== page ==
extent to which they are aspersing the reputation of their fellow-citizens, or the degree to which they are actually putting to hazard the lives of the very people for whom they piously persuade themselves they are laboring.
Those whose conduct does not admit of this apology are generally men who occupy the arena of political agitation.
Their object, evidently, is to accumulate political power in the so-called free States, and to promote the ends of personal ambition.
The fanatical excitement of the country may be turned to the account of these objects.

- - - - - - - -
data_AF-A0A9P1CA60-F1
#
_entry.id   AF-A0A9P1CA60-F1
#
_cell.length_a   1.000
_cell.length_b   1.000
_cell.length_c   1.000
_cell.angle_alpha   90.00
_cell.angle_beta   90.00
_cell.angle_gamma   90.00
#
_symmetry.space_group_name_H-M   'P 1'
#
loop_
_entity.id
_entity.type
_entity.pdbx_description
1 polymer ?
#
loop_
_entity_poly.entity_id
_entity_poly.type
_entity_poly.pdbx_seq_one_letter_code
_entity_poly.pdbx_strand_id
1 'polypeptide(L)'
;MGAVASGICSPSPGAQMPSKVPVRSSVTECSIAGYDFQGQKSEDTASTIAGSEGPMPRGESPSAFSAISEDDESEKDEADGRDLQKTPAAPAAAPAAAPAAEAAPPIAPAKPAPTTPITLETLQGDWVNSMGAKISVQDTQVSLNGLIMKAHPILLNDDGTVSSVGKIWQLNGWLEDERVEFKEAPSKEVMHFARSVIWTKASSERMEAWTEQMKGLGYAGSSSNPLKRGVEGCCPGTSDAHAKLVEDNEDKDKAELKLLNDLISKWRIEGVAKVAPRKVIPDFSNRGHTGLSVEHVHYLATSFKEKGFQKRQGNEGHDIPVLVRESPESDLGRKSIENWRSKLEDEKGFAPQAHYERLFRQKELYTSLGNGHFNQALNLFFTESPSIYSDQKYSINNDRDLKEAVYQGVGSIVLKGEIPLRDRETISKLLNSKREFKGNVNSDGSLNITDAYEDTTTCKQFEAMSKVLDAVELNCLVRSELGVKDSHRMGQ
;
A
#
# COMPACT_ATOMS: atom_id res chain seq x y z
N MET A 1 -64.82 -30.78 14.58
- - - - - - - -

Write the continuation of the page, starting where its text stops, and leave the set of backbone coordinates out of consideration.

Hence, they labor with a zeal worthy of a better cause.
We of the South
regard the agitators in Congress, for the most part, to be of this class.
We consider them highly culpable, if, indeed, they be not actually criminal.
For we cannot suppose them to be ignorant of the facts and reasonings here adduced.
And besides these, there are other facts of great and conclusive authority in the settlement of this question, which we cannot suppose have escaped the attention of men occupying their high stations.
I propose to notice some of them in the next lecture.